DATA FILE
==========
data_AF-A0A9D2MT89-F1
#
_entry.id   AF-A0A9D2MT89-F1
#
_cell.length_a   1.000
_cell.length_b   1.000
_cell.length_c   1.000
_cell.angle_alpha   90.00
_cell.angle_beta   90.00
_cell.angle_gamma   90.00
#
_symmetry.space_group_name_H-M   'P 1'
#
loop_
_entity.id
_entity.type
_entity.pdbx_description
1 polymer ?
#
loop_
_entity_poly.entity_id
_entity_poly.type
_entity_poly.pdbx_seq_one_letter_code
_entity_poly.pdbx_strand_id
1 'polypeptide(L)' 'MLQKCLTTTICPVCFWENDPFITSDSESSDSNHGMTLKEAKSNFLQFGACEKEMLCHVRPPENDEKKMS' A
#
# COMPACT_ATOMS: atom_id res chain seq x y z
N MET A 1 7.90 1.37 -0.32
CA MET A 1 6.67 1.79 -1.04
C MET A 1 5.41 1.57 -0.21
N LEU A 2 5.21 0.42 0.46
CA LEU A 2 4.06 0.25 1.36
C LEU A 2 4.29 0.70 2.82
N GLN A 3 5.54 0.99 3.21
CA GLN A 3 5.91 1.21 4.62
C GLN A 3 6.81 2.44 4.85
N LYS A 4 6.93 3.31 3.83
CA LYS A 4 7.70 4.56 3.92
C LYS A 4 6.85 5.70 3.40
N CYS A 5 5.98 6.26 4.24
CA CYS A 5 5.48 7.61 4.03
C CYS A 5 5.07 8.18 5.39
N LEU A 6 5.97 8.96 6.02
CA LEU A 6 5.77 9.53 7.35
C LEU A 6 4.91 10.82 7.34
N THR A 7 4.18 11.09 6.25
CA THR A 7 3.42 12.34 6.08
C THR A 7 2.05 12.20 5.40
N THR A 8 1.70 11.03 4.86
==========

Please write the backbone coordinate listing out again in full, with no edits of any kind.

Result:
data_AF-A0A9D2MT89-F1
#
_entry.id   AF-A0A9D2MT89-F1
#
_cell.length_a   1.000
_cell.length_b   1.000
_cell.length_c   1.000
_cell.angle_alpha   90.00
_cell.angle_beta   90.00
_cell.angle_gamma   90.00
#
_symmetry.space_group_name_H-M   'P 1'
#
loop_
_entity.id
_entity.type
_entity.pdbx_description
1 polymer ?
#
loop_
_entity_poly.entity_id
_entity_poly.type
_entity_poly.pdbx_seq_one_letter_code
_entity_poly.pdbx_strand_id
1 'polypeptide(L)' 'MLQKCLTTTICPVCFWENDPFITSDSESSDSNHGMTLKEAKSNFLQFGACEKEMLCHVRPPENDEKKMS' A
#
# COMPACT_ATOMS: atom_id res chain seq x y z
N MET A 1 7.90 1.37 -0.32
CA MET A 1 6.67 1.79 -1.04
C MET A 1 5.41 1.57 -0.21
N LEU A 2 5.21 0.42 0.46
CA LEU A 2 4.06 0.25 1.36
C LEU A 2 4.29 0.70 2.82
N GLN A 3 5.54 0.99 3.21
CA GLN A 3 5.91 1.21 4.62
C GLN A 3 6.81 2.44 4.85
N LYS A 4 6.93 3.31 3.83
CA LYS A 4 7.70 4.56 3.92
C LYS A 4 6.85 5.70 3.40
N CYS A 5 5.98 6.26 4.24
CA CYS A 5 5.48 7.61 4.03
C CYS A 5 5.07 8.18 5.39
N LEU A 6 5.97 8.96 6.02
CA LEU A 6 5.77 9.53 7.35
C LEU A 6 4.91 10.82 7.34
N THR A 7 4.18 11.09 6.25
CA THR A 7 3.42 12.34 6.08
C THR A 7 2.05 12.20 5.40
N THR A 8 1.70 11.03 4.86